New York Insurance Coverage Law Update

October 1, 2012 | Insurance Coverage

Auto Exclusion Bars Coverage For Injuries Resulting From Employer’s Auto Driven By Employee During Crime Spree

After an employee who used a company car during a crime spree injured a police officer, a jury found that the company was negligent in hiring the employee and entrusting a vehicle to him. The company sought coverage for the damages awarded to the officer under its commercial general liability policy, but the court ruled that coverage was barred by the policy’s auto exclusion. The court rejected the argument that “negligent hiring” was a “non auto” theory of liability to which the exclusion did not apply, and noted that the exclusion excluded claims resulting from “entrustment” of an automobile. [IBA Molecular North America, Inc. v. St. Paul Fire and Marine Ins. Co., No. 11 Civ. 1862 (S.D.N.Y. Sept. 27, 2012).]

Pro Rata Allocation Ordered For Asbestos Bodily Injury Claims

In a declaratory judgment action for insurance coverage for bodily injury claims resulting from exposure to asbestos, the court decided that there should be pro rata allocation of defense and indemnity costs across all primary, umbrella and excess  general liability policies issued to Corning Inc. from 1962 through 1985, with allocation determined based upon time on the risk. [Mt. McKinley Ins. Co. v. Corning Inc., No. 602454/02 (Sup. Ct. N.Y. Co. Sept. 7, 2012).]

City Covered As Additional Insured For Liability Arising Out Of Contractor’s Ongoing Operations

A pedestrian sued New York City and a City contractor for injuries that allegedly arose out of their negligence in maintaining “traffic and pedestrian control devices” at an intersection. The commercial general liability insurance policy obtained by the contractor covered the City as an additional insured for liability arising out of the contractor’s ongoing operations. The court held that the insurer had a duty to defend the City, rejecting the insurer’s contention that the record established that the contractor’s operations at the intersection had been completed and thus were no longer ongoing at the time of the accident. [City of New York v. Endurance American Ins. Co., 2012 N.Y. Slip Op. 06361 (App. Div. 1st Dep’t Sept. 27, 2012).]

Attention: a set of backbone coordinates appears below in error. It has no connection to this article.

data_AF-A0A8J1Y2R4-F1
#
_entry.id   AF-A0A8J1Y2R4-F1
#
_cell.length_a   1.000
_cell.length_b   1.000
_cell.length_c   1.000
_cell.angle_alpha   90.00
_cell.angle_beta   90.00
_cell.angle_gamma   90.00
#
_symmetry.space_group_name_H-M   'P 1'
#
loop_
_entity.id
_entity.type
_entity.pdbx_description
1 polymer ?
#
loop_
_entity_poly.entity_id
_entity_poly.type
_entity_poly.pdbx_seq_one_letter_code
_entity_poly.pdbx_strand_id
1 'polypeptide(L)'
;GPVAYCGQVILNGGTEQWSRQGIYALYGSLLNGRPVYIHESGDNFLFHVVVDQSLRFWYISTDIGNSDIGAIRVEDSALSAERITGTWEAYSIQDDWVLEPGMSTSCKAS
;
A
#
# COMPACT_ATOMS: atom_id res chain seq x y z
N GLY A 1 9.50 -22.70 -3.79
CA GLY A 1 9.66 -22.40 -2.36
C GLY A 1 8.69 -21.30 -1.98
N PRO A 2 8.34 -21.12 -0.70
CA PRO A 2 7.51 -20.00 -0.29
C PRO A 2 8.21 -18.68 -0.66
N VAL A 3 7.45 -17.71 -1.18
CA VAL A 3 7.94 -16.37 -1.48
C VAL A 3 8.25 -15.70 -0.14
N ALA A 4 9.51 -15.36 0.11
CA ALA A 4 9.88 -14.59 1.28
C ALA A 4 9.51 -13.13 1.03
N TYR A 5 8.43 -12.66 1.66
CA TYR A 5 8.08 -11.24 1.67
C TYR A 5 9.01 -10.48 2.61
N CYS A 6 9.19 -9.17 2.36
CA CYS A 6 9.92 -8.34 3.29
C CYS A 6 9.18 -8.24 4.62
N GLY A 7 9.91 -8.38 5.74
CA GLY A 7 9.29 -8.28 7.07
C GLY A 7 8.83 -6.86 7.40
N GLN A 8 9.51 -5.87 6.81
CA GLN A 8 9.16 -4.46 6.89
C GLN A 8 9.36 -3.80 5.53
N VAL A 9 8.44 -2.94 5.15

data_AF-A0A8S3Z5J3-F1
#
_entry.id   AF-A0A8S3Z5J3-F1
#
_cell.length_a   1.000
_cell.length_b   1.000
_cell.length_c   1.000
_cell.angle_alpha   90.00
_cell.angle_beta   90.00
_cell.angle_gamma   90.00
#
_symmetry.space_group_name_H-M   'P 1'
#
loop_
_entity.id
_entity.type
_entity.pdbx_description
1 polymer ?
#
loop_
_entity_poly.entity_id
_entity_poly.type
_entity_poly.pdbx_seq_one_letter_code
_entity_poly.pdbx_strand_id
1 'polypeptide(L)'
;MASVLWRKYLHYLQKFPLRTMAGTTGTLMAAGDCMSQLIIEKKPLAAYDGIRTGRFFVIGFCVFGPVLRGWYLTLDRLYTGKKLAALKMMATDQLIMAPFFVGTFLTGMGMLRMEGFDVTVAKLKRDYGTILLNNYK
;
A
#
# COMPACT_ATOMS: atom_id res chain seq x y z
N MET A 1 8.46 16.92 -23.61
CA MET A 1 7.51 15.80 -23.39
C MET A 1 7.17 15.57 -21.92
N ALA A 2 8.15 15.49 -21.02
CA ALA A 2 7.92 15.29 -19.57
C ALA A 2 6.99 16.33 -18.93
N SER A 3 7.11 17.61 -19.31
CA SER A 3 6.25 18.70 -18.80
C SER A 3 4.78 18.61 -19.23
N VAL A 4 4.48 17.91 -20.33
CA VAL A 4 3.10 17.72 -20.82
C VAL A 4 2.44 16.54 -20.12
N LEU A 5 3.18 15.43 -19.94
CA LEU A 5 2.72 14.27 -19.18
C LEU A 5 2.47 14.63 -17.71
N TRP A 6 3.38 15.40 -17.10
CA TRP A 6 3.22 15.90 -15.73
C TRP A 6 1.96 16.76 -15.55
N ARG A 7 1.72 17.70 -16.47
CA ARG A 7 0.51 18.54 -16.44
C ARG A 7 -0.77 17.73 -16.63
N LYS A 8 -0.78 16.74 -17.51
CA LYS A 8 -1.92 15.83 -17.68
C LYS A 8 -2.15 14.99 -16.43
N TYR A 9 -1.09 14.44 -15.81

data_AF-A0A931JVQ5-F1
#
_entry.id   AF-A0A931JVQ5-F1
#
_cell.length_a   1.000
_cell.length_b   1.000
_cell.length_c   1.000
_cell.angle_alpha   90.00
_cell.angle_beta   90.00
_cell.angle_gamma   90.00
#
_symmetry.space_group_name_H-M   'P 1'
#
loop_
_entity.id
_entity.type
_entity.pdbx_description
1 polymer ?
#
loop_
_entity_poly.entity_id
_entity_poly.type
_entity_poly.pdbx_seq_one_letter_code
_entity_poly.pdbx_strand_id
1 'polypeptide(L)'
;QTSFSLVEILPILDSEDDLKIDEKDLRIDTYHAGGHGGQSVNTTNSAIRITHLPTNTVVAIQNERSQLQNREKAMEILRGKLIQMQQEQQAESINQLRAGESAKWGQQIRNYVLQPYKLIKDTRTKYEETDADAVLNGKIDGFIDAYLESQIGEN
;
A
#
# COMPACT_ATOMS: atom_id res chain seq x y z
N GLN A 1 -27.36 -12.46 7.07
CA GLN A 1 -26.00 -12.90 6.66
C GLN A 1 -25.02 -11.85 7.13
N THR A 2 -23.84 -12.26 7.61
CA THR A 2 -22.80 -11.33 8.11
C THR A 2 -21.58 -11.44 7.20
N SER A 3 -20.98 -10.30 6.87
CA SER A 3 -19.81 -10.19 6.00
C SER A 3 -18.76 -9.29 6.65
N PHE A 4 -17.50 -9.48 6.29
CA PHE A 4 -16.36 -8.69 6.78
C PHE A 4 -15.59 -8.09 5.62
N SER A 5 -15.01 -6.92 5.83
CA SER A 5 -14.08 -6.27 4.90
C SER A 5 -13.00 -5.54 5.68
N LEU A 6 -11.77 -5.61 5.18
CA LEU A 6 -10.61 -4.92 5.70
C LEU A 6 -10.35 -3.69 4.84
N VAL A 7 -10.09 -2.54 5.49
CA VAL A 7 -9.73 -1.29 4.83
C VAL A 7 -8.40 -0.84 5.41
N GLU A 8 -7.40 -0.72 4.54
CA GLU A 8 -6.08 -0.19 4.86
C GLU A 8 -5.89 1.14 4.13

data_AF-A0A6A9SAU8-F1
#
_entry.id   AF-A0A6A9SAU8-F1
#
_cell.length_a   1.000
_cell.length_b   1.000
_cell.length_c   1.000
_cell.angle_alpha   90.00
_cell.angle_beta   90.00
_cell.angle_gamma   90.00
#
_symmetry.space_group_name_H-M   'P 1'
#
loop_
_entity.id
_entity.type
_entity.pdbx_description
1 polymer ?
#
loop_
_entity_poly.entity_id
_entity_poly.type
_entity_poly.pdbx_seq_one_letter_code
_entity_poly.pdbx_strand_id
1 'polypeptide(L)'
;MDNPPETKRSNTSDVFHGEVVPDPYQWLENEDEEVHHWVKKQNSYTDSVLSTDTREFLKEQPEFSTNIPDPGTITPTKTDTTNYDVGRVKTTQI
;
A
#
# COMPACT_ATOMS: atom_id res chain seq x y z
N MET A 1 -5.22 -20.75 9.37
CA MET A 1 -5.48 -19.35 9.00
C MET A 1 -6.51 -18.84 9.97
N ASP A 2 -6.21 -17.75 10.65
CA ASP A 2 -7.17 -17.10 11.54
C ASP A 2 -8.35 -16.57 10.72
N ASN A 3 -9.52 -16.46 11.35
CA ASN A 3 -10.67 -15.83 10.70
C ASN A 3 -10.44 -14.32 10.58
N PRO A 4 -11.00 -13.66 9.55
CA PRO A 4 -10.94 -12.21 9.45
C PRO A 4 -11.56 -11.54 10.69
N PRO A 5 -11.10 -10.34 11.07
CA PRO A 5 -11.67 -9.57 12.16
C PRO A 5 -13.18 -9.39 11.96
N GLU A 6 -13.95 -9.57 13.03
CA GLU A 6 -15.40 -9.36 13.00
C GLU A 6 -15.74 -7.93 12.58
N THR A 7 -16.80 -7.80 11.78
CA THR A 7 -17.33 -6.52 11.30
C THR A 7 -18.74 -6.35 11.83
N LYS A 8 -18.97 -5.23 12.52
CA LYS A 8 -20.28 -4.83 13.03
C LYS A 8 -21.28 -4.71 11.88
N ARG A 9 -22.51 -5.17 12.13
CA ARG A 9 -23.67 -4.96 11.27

No Coverage Where Named Insured Had Falsely Listed A New York Address On Application But Lived In New Jersey

The named insured and his wife resided in an apartment in Cliffside Park, New Jersey, which address they listed on their tax returns. The court found that the named insured had “fraudulently obtained insurance coverage” by falsely listing a Pearl River, New York house owned by his father as his residence on the insurance application. Accordingly, the court dismissed the insured’s no-fault first-party benefit claim filed against the insurer.¬† [Cliffside Park Imaging v. Preferred Mut. Ins. Co., 2012 N.Y. Slip Op. 51754(U) (App. Term 1st Dep’t, Sept. 11, 2012).]

“Prior Pending Exclusion” In Professional Liability Policy Precludes Coverage

The Appellate Division, First Department, held that a professional liability policy’s “prior pending” exclusion applied to a letter to the insured complaining that the insured had caused delays and cost overruns by failing to meet its responsibilities in implementing a hotel’s design, and demanding $18,294,500 in damages. Because the demand letter was “pending” when the policy incepted, the exclusion precluded coverage for the litigation that followed the letter. [Executive Risk Indem., Inc. v. Starwood Hotels & Resorts Worldwide, Inc., 2012 N.Y. Slip Op. 06183 (App. Div. 1st Dep’t Sept. 18, 2012).]

No Coverage Under Pollution Policy Where Pollutant Had Not Escaped Confinement

A petrochemical company claimed that it had purchased contaminated fuel oil that it sold and distributed. The company sought coverage under a Pollution and Remediation Legal Liability Insurance Policy. The court rejected the company’s claim, finding that “the only plausible reading” of the policy was that it provided coverage if a pollutant was discharged into land, structures, the atmosphere, or water, but not when, as here, the pollutant remained contained in vessels where it was intended to be kept. [Colonial Oil Industries, Inc. v. Indian Harbor Ins. Co., No. 11 Civ. 5018 (DAB) (S.D.N.Y. Sept. 10, 2012).]

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